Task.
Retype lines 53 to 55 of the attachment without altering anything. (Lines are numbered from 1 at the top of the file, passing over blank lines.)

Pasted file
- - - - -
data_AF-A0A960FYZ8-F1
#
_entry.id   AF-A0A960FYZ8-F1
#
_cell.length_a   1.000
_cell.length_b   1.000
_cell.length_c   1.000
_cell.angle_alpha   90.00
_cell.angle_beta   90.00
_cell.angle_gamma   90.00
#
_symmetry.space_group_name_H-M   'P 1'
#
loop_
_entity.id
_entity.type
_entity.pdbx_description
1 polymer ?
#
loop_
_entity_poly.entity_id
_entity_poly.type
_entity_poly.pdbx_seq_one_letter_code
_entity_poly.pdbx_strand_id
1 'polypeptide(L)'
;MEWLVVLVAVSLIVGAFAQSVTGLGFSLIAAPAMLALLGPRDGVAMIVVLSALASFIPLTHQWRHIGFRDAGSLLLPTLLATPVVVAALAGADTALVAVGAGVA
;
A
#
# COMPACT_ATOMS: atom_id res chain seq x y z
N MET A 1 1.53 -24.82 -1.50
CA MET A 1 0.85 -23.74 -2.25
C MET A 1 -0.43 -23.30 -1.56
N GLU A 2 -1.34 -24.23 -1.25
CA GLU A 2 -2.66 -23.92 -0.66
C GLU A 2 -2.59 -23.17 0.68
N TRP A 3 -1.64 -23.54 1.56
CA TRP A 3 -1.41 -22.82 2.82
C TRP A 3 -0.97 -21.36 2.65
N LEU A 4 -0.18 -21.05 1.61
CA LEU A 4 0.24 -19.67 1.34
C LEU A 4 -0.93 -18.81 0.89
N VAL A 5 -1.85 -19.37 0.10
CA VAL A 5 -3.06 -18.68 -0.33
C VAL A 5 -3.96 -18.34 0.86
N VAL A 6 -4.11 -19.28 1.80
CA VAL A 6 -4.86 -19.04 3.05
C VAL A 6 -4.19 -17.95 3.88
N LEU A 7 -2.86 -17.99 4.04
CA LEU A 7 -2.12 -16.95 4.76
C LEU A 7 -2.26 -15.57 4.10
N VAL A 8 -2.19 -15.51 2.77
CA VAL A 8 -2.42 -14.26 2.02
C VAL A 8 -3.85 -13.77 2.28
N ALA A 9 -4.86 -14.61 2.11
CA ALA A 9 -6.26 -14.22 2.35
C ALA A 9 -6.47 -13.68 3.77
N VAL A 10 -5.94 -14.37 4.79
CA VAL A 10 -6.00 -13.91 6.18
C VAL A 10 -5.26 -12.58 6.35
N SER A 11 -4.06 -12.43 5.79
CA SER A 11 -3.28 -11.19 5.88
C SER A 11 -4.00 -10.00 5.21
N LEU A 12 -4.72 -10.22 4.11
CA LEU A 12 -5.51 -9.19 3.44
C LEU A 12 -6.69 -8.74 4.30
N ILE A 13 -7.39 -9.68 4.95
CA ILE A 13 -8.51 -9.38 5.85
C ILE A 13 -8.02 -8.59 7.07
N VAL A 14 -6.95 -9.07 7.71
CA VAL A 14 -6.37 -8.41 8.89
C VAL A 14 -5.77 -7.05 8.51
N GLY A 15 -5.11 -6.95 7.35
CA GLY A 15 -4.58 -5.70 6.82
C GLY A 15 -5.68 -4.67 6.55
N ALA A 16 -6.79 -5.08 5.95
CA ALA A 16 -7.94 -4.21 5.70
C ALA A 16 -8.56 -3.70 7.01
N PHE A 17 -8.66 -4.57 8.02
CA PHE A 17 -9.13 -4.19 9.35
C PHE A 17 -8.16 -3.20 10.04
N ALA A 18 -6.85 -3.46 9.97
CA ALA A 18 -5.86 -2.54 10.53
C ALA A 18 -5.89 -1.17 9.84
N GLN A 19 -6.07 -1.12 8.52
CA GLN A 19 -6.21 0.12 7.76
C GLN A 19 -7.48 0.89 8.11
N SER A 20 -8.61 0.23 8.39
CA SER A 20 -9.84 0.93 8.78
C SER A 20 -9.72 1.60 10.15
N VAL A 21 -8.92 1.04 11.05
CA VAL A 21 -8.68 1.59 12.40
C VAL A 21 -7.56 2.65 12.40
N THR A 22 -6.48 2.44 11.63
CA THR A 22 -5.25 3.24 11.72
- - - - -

CA VAL A 8 -2.42 -14.26 2.02
C VAL A 8 -3.85 -13.77 2.28
N ALA A 9 -4.86 -14.61 2.11